Code review

ba.pngBy Becky Arnold, University of Sheffield 

Coding is now the backbone of much of scientific research. Despite this in many cases the coding education of researchers is nonexistent, or doesn’t extend far beyond how to use a for loop. As a result we largely learn tips, tricks and best practice the hard way, and in small fragments. The solution- teach each other! If everyone knows a little then put together we know a lot.

The approach of the Sheffield astrophysics group

Since May 2017 we have held lunchtime code review and collaboration meetings every two weeks. These meetings are very informal to encourage discussion, and as well as reviewing one anothers code we use these sessions to exchange information. If you spent the week figuring something out, read an interesting article, or picked up a new trick here is the place to tell others about it. People can also opt to give short tutorials if they wish, for example we’ve had ones on version control, wrapping one language with another, and best practice.

These sessions have had numerous benefits:

1. Save time and frustration

Researchers have a vast array of administrative and research responsibilities which leave little time to spare. But how many days of that valuable time have you spent knocking your head against coding issues, scouring stack overflow, and crying into coffee cups at 2 am about the code that just won’t work. An hour every week or two…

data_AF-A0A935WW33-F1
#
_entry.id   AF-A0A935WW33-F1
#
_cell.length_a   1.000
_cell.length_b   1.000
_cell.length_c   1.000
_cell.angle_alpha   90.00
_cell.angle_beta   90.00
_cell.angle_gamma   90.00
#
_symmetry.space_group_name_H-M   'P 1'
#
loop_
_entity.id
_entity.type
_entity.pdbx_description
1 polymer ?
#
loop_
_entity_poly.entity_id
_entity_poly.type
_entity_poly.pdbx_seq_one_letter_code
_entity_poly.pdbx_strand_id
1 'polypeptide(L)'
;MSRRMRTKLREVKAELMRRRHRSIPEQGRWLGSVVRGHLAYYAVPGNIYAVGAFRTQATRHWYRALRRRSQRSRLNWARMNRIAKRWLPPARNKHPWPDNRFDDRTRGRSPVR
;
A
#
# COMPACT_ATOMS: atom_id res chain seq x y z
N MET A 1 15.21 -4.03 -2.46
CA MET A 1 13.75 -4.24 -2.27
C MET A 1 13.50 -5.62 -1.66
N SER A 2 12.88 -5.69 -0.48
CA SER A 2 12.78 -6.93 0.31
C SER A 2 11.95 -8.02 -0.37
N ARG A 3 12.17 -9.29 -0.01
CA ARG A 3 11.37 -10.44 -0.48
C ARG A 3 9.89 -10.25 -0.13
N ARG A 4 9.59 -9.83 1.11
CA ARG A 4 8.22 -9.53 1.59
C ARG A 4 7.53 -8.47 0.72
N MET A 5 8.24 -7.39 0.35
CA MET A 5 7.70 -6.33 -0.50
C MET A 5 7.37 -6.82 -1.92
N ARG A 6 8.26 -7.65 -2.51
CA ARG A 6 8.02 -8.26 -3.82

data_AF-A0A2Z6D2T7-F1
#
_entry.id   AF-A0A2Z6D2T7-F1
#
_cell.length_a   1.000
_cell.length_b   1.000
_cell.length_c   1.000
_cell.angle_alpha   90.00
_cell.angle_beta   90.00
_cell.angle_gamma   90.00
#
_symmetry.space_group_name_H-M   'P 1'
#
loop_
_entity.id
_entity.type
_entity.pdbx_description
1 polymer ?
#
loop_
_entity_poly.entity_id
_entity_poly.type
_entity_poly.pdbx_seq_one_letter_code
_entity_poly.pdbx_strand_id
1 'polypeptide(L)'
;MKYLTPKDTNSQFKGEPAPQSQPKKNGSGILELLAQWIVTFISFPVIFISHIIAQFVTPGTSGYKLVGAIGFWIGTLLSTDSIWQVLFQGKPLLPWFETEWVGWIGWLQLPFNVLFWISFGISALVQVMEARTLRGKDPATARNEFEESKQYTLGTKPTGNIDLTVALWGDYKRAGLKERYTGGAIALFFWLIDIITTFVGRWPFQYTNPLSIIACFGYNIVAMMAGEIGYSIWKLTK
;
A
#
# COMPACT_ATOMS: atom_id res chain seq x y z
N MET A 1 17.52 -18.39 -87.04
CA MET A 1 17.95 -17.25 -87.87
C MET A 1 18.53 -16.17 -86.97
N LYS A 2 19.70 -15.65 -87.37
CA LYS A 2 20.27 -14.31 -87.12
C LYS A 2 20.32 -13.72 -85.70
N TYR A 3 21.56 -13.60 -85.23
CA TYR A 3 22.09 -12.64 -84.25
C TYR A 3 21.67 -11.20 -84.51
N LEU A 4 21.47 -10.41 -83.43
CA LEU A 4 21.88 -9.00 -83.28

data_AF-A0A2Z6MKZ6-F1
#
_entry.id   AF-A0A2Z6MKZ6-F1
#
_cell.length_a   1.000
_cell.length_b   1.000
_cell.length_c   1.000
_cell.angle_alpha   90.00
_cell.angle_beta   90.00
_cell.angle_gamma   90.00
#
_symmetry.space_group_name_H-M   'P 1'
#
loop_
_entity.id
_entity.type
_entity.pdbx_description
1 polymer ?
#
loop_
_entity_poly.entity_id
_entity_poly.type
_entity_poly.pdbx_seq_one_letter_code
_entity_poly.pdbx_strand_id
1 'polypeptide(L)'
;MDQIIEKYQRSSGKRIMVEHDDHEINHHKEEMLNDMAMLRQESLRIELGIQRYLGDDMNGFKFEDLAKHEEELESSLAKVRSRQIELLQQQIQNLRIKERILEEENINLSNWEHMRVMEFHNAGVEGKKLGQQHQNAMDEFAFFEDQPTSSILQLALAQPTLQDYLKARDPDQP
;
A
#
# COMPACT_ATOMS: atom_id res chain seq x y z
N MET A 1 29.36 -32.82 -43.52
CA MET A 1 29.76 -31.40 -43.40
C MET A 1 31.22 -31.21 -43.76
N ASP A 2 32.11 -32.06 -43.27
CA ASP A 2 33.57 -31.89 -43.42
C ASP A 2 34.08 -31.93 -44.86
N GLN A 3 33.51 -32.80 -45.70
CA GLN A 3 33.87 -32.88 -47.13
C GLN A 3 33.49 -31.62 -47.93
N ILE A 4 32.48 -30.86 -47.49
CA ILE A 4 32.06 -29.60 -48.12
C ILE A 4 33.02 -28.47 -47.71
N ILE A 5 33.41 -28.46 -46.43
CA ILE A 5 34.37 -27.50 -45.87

Continue Reading

Regular Institute collaborator Dr. Jeffrey Carver of the University of Alabama is conducting a couple of studies relating to the way that people develop research software. These will help provide the community with a better understanding of how different practices, including code review and software metrics are being used in the development of research software.

If you'd like to provide input into these studies, please participate in the following web surveys (each of which will take approximately 15 minutes to complete): 

Code review survey (in conjunction with Nasir Eisty of the University of Alabama) : https://universityofalabama.az1.qualtrics.com/jfe/form/SV_bBdeMr08ix8YbXL

Software metrics survey (in conjunction with Dr. George Thiruvathukal from Loyola University-Chicago): https://universityofalabama.az1.qualtrics.com/jfe/form/SV_darjzw2JlY3OXY1

 

Your participation is completely anonymous and voluntary.  You are free not to participate or stop participating any time before you submit your answers. Both research studies have been approved by the University of Alabama Institutional Review Board.

Subscribe to Code review